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Intimate Strangers
Intimate Strangers
Actors: Sandrine Bonnaire, Fabrice Luchini, Michel Duchaussoy, Anne Brochet, Gilbert Melki
Director: Patrice Leconte
Genres: Indie & Art House, Drama, Mystery & Suspense
R     2004     1hr 44min


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Movie Details

Actors: Sandrine Bonnaire, Fabrice Luchini, Michel Duchaussoy, Anne Brochet, Gilbert Melki
Director: Patrice Leconte
Creators: Eduardo Serra, Patrice Leconte, Joëlle Hache, Alain Sarde, Christine Gozlan, Jérôme Tonnerre
Genres: Indie & Art House, Drama, Mystery & Suspense
Sub-Genres: Indie & Art House, Love & Romance, Mystery & Suspense
Studio: Paramount
Format: DVD - Color,Widescreen - Subtitled
DVD Release Date: 12/28/2004
Release Year: 2004
Run Time: 1hr 44min
Screens: Color,Widescreen
Number of Discs: 1
SwapaDVD Credits: 1
Total Copies: 0
Members Wishing: 0
MPAA Rating: R (Restricted)
Languages: French
Subtitles: English

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Movie Reviews

"Listening is a lost art in our times."
Jana L. Perskie | New York, NY USA | 02/27/2005
(4 out of 5 stars)

"Anna, (Sandrine Bonnaire), opens the wrong door and ends up in the office of tax attorney William Faber, (Fabrice Luchini), instead of next door for her first appointment with Dr. Monnier, a psychiatrist. Before the bemused Farber can straighten things out, Anna begins to unburden herself candidly, as if she's been on the couch for years. "I have an urgent problem," says she. Then, confessing that her marriage is on the rocks, her husband unemployed and impotent - he hasn't touched her in six months - she begins to cry. William is stunned, moved by her tears, but before he can respond she is out the door. Fast exit, no payment. Everyone knows that the fee is part of therapy.

Faber's life is bland. He lives in the flat where he was born, never having moved or really traveled. He inherited his father's business and many of the old clients. Used to an orderly existence, he lives alone and usually takes dinner by himself, with a glass of wine, while listening to music. Occasionally, through the window, he catches glimpses of couples, other lives. Jeanne, his last and perhaps only love, (Anne Brochet of the wonderful smile), left him for another man but they get together occasionally and maintain a close friendship. He is decidedly intrigued by Anna's visit but does not expect a repeat performance.

He is fascinated after visit number 2, when he finally manages to blurt out, "I'm not a doctor." Anna responds quickly, that she knows many therapists are not doctors and that's fine by her. Again, she leaves quickly. William is the one to visit Dr. Monnier, the shrink, (Michel Duchaussoy), who tells him that this situation is about his own problems and not Anna's. He also explains that accounting and psychiatry are not that different because, "they both decide what to hide and what to reveal."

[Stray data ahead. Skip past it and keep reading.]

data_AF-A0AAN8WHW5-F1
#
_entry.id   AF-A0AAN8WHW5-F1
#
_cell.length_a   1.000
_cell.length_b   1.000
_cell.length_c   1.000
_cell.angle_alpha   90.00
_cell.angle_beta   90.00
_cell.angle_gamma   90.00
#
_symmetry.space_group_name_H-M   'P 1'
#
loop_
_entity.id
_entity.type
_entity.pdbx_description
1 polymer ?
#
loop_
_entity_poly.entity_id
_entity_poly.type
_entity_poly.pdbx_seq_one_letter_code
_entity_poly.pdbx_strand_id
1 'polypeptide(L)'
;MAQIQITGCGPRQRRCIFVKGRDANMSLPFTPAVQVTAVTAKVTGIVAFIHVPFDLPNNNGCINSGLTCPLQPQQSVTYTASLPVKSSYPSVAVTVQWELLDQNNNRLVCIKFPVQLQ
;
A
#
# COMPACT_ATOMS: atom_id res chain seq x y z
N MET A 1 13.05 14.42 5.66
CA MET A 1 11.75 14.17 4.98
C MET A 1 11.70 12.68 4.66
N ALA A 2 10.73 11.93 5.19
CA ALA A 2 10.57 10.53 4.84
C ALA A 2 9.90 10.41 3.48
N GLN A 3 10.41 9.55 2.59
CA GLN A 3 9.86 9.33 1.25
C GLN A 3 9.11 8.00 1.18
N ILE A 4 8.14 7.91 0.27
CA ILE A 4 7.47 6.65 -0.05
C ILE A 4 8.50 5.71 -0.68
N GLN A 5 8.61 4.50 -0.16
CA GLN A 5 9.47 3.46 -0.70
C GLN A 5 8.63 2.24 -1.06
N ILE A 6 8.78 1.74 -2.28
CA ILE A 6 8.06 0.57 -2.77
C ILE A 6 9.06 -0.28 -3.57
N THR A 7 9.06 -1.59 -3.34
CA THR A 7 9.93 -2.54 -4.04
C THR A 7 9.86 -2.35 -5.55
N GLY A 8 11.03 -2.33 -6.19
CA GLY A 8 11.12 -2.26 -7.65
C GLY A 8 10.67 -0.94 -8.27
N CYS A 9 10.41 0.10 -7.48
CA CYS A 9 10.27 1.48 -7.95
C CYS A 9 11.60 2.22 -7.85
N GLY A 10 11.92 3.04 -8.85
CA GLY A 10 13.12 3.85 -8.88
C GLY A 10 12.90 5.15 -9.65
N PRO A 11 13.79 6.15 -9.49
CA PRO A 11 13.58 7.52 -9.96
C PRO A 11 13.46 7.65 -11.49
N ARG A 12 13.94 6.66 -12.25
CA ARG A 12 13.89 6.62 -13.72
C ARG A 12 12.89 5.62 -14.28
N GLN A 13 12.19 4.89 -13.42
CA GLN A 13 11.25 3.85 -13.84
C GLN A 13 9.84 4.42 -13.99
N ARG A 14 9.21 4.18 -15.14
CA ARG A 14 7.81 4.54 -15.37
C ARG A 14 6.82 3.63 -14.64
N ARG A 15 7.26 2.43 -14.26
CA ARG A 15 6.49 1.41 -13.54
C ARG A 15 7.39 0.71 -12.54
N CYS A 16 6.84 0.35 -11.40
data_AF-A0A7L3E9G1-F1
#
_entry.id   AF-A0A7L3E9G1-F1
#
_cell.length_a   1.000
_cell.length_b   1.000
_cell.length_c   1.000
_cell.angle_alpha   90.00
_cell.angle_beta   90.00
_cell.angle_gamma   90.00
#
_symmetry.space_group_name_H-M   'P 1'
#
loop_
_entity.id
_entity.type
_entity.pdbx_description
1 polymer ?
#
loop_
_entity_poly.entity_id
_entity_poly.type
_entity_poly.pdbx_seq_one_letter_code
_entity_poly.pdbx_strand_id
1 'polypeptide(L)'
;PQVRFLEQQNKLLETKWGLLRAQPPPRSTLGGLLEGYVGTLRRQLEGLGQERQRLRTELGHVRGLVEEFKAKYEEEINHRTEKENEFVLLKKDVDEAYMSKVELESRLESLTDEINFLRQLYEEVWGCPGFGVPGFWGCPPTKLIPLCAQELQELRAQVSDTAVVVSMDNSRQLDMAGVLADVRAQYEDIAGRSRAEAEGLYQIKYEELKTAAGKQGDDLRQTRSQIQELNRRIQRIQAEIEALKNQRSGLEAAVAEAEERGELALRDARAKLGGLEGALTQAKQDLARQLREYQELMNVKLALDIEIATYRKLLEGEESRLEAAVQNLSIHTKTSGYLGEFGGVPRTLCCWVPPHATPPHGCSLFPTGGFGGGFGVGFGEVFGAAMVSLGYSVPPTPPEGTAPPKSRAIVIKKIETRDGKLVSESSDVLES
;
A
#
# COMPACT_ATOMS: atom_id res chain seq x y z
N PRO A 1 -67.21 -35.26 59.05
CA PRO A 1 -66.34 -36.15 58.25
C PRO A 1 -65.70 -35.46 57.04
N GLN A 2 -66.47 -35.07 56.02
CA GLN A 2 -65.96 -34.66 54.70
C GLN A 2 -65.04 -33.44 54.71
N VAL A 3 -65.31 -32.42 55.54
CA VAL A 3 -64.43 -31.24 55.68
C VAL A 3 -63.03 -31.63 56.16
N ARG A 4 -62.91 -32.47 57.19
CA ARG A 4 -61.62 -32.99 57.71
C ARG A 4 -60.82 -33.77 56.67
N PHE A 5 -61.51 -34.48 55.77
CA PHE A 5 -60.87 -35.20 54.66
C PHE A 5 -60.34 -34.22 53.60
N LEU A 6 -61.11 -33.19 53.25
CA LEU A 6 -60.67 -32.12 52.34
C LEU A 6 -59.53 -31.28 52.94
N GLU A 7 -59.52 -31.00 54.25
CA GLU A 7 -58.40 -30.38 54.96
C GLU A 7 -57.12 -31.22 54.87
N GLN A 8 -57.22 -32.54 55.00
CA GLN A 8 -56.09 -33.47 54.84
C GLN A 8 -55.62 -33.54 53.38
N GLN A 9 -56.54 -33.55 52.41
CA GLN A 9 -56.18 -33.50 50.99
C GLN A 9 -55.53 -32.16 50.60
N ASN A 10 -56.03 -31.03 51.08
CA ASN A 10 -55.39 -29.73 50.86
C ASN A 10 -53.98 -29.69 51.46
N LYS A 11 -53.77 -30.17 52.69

As Anna and William's sessions continue and become more intimate and graphic, William is clearly aroused, almost titillated at times. He obviously begins to develop feelings for this confused, attractive woman, who says she wants nothing more than to regain her husband's affections. Yet, the two are deeply drawn to each other, their role playing is a way to form a bond without emotional risk. They are both odd, but sympathetic characters. William had dreams of adventure once, when younger, however he has become entrenched, staid, with middle age. A sensitive but repressed man, he has not lived life to the fullest. He is captivated by the graceful, unpredictable Anna. And she is intense, mysterious, vulnerable, and one gets a sense that no one has ever bothered to listen to her before. But can she be trusted?

Anna eventually learns Farber's true identity as a financial planner - just when he was making such progress as a therapist too. The plot takes a further twist when Marc, Anna's creepy husband, enters the picture which adds another touch of Hitchcock to the mix. The movie does succeed in becoming a low-keyed, but taut thriller. William's secretary, Madame Mulon, (Helene Surgere), adds a light touch as she tries to discover what on earth is going on behind the closed doors of her employer's office.

Patrice Leconte is an excellent director. He has a knack for developing characters, and here he has two superb actors to work with. The brooding musical score is atmospheric and serves to add tension. One of the film's major themes is expressed clearly by Dr. Monnier who says, "Listening is a lost art in our times: not even barbers, beauticians, or bartenders seem to have the knack or the patience anymore to attend to others in this way." I was deeply touched by "Intimate Strangers." It is an elusive piece, romantic, Freudian in a good sense, with a wonderful conclusion. Highly recommended!
How we give and how we receive, watch very closely now
Rudy Mann | 07/15/2005
(5 out of 5 stars)

"`Attraction and avoidance' is a common enough theme in romantic movies. What's unique in Intimate Strangers is the setting and therefore the intricate dance that it creates.

Man and woman are brought face to face by a farcical error. On her first visit to her psychiatrist, Anna's distracted thoughts take her unwittingly to the office of a tax consultant. The general discrete atmosphere seems fitting enough, and she reveals to William, uncensored, the intimate details of her married life. Shy, hurt and lonely from his previous relationship-failure he is glad for the company of this beautiful and appealing woman. He plays along with her mistake long enough to evidence to us his interest and all-too-human need hovering behind his life of professional competency. This creates the basis for a relationship that will sustain its verbal tango long after we expect its consummation.